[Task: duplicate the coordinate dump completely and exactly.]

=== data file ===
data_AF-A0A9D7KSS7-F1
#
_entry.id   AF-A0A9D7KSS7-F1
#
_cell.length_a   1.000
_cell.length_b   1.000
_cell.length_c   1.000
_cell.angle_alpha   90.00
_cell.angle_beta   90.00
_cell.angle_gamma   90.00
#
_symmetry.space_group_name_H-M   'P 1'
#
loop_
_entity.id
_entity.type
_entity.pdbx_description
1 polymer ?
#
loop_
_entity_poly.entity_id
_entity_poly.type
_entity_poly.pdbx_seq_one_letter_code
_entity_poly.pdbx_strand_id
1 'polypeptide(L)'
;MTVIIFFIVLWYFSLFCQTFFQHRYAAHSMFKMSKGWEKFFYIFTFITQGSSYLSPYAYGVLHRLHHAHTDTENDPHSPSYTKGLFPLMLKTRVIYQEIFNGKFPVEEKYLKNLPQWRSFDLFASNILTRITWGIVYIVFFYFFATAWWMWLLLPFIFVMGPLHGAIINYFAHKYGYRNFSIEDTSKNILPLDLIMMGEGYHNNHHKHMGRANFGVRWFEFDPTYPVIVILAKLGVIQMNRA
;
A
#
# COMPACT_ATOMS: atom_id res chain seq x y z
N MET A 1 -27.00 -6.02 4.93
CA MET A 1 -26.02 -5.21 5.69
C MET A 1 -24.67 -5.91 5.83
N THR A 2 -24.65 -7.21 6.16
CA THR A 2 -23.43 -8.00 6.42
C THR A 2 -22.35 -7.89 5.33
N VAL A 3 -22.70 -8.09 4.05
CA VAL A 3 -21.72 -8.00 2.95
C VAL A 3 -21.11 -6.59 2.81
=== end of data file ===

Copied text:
data_AF-A0A9D7KSS7-F1
#
_entry.id   AF-A0A9D7KSS7-F1
#
_cell.length_a   1.000
_cell.length_b   1.000
_cell.length_c   1.000
_cell.angle_alpha   90.00
_cell.angle_beta   90.00
_cell.angle_gamma   90.00
#
_symmetry.space_group_name_H-M   'P 1'
#
loop_
_entity.id
_entity.type
_entity.pdbx_description
1 polymer ?
#
loop_
_entity_poly.entity_id
_entity_poly.type
_entity_poly.pdbx_seq_one_letter_code
_entity_poly.pdbx_strand_id
1 'polypeptide(L)'
;MTVIIFFIVLWYFSLFCQTFFQHRYAAHSMFKMSKGWEKFFYIFTFITQGSSYLSPYAYGVLHRLHHAHTDTENDPHSPSYTKGLFPLMLKTRVIYQEIFNGKFPVEEKYLKNLPQWRSFDLFASNILTRITWGIVYIVFFYFFATAWWMWLLLPFIFVMGPLHGAIINYFAHKYGYRNFSIEDTSKNILPLDLIMMGEGYHNNHHKHMGRANFGVRWFEFDPTYPVIVILAKLGVIQMNRA
;
A
#
# COMPACT_ATOMS: atom_id res chain seq x y z
N MET A 1 -27.00 -6.02 4.93
CA MET A 1 -26.02 -5.21 5.69
C MET A 1 -24.67 -5.91 5.83
N THR A 2 -24.65 -7.21 6.16
CA THR A 2 -23.43 -8.00 6.42
C THR A 2 -22.35 -7.89 5.33
N VAL A 3 -22.70 -8.09 4.05
CA VAL A 3 -21.72 -8.00 2.95
C VAL A 3 -21.11 -6.59 2.81